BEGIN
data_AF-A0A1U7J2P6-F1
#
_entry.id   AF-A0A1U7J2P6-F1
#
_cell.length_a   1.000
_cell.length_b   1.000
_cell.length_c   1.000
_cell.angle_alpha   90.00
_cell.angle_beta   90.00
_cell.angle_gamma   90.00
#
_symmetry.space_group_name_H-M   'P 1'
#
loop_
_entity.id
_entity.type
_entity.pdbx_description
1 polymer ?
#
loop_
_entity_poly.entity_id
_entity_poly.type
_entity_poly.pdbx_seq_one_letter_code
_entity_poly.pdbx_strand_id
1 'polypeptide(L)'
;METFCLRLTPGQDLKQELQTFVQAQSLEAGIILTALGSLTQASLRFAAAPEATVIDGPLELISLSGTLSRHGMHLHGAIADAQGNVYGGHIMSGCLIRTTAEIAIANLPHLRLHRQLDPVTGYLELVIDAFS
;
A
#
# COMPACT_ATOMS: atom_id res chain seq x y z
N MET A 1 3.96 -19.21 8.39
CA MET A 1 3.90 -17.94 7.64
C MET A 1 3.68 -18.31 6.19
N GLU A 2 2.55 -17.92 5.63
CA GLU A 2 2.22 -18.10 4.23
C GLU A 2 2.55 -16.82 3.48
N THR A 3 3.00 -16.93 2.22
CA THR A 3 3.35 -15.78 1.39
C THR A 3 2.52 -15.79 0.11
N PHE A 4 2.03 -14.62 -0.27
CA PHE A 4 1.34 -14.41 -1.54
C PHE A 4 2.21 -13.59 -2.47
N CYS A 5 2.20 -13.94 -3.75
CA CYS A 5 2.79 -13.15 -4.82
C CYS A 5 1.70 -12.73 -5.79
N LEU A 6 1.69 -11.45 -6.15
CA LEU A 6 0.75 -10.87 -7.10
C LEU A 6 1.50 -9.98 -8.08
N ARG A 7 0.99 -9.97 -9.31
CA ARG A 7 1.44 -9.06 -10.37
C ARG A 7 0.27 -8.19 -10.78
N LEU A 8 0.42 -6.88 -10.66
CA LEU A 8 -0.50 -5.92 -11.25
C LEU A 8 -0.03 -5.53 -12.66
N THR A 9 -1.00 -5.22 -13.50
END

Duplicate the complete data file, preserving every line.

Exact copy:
data_AF-A0A1U7J2P6-F1
#
_entry.id   AF-A0A1U7J2P6-F1
#
_cell.length_a   1.000
_cell.length_b   1.000
_cell.length_c   1.000
_cell.angle_alpha   90.00
_cell.angle_beta   90.00
_cell.angle_gamma   90.00
#
_symmetry.space_group_name_H-M   'P 1'
#
loop_
_entity.id
_entity.type
_entity.pdbx_description
1 polymer ?
#
loop_
_entity_poly.entity_id
_entity_poly.type
_entity_poly.pdbx_seq_one_letter_code
_entity_poly.pdbx_strand_id
1 'polypeptide(L)'
;METFCLRLTPGQDLKQELQTFVQAQSLEAGIILTALGSLTQASLRFAAAPEATVIDGPLELISLSGTLSRHGMHLHGAIADAQGNVYGGHIMSGCLIRTTAEIAIANLPHLRLHRQLDPVTGYLELVIDAFS
;
A
#
# COMPACT_ATOMS: atom_id res chain seq x y z
N MET A 1 3.96 -19.21 8.39
CA MET A 1 3.90 -17.94 7.64
C MET A 1 3.68 -18.31 6.19
N GLU A 2 2.55 -17.92 5.63
CA GLU A 2 2.22 -18.10 4.23
C GLU A 2 2.55 -16.82 3.48
N THR A 3 3.00 -16.93 2.22
CA THR A 3 3.35 -15.78 1.39
C THR A 3 2.52 -15.79 0.11
N PHE A 4 2.03 -14.62 -0.27
CA PHE A 4 1.34 -14.41 -1.54
C PHE A 4 2.21 -13.59 -2.47
N CYS A 5 2.20 -13.94 -3.75
CA CYS A 5 2.79 -13.15 -4.82
C CYS A 5 1.70 -12.73 -5.79
N LEU A 6 1.69 -11.45 -6.15
CA LEU A 6 0.75 -10.87 -7.10
C LEU A 6 1.50 -9.98 -8.08
N ARG A 7 0.99 -9.97 -9.31
CA ARG A 7 1.44 -9.06 -10.37
C ARG A 7 0.27 -8.19 -10.78
N LEU A 8 0.42 -6.88 -10.66
CA LEU A 8 -0.50 -5.92 -11.25
C LEU A 8 -0.03 -5.53 -12.66
N THR A 9 -1.00 -5.22 -13.50